“Where do we need to go?”
“A muggle town, I guess.” Lily answered him. The two had arrived in Hogsmeade without incident, and were now standing outside of the passage, avoiding crowds and people who may have recognized them.
“You did say you could apparate, right?”
“Yes. My birthday’s in January. I’m legal.”
He laughed, “Well, I’m not. So, I’m going to have to side along.”
“Okay.” She nodded. “Ready?” He nodded and stepped toward her. He grabbed tightly onto her arm.
“Well, here we go, then.” She turned on her heel, and with a loud crack, the two disappeared and landed in a muggle town the Evans family had visited once on holiday. Lily figured that no one would recognize her there, and it wasn’t too far from Hogwarts, anyway.
“Now where are we going?” James asked after they had recovered.
She thought for a moment, “A pharmacy, I guess.” James looked confused. “It’s this way, I think, just come on.”
She led the way, stopping only briefly to admire a pretty necklace in a shop window. They arrived at the pharmacy, and Lily slipped inside. James offered to accompany her, but fearing his mischievous nature in a shop full of unfamiliar things, Lily thought it best to order him to remain outside. “I’ll just be a few minutes. Stay. Here.”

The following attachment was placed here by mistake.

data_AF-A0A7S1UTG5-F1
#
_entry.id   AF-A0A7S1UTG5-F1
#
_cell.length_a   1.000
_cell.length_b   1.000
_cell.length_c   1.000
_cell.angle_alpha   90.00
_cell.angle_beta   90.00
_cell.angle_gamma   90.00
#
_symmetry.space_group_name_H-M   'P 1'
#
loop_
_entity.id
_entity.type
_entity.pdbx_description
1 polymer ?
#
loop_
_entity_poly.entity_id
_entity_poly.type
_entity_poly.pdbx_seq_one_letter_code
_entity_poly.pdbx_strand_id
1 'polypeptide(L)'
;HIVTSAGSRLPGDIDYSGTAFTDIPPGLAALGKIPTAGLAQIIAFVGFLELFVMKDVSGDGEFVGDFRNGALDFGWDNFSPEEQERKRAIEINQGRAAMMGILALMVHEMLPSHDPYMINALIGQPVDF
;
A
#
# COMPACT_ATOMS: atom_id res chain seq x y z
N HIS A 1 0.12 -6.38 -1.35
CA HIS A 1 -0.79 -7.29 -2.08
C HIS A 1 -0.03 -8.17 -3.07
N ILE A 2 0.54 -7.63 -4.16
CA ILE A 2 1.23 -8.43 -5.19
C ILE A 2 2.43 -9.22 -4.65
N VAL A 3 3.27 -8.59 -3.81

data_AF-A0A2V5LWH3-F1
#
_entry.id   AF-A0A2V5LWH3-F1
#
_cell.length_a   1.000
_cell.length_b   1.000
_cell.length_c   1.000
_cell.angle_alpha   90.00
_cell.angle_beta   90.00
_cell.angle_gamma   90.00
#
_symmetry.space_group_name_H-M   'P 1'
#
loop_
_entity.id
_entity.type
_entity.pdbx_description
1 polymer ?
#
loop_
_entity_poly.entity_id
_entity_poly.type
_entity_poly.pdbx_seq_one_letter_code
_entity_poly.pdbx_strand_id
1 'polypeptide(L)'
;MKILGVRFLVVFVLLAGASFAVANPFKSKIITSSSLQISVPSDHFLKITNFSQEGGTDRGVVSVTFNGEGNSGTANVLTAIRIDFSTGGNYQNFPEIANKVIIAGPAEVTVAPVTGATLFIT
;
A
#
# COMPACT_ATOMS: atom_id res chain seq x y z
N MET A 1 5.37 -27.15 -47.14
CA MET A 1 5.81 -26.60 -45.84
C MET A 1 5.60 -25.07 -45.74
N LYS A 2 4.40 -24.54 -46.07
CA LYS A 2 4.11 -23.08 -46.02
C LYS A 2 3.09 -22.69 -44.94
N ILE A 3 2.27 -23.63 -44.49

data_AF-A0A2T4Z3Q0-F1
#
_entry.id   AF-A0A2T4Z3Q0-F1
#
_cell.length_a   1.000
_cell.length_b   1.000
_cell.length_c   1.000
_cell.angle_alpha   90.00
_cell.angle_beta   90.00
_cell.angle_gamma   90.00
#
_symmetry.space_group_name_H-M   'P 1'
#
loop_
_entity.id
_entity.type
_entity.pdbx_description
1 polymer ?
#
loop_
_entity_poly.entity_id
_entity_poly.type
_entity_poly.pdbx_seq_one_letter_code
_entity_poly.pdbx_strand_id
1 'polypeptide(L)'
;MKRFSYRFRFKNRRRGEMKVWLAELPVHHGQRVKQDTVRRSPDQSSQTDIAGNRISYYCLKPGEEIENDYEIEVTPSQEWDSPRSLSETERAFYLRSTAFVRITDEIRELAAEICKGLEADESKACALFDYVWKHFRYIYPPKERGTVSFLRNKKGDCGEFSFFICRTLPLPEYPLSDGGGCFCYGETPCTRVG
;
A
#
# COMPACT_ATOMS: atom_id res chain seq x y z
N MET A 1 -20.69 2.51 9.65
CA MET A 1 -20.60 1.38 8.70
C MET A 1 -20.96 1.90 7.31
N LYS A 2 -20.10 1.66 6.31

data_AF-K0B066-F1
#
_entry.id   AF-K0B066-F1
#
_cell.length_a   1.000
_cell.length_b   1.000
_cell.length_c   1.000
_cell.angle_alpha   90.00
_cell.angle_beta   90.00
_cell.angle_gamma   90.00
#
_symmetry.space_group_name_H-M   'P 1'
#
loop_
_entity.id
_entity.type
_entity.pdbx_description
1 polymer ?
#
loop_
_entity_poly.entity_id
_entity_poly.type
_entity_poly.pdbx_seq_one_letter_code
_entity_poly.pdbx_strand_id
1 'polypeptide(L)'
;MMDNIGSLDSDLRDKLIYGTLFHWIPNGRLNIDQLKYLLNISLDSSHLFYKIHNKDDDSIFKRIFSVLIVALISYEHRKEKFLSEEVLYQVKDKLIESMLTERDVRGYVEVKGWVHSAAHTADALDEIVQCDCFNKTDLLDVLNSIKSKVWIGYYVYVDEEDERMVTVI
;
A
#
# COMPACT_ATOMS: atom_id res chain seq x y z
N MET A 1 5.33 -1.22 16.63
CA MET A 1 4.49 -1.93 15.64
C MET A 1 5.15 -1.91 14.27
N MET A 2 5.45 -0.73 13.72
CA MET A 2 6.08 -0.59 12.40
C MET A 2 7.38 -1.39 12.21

She located the pregnancy tests after an intense and infuriating search. She was seriously debating summoning one as she stumbled across them in a secluded corner. Grudgingly, she grabbed one, and shuffled to the counter. Of course, the only cashier working was a relatively attractive teenage male. She avoided eye contact with him as she slid a few pounds over to him.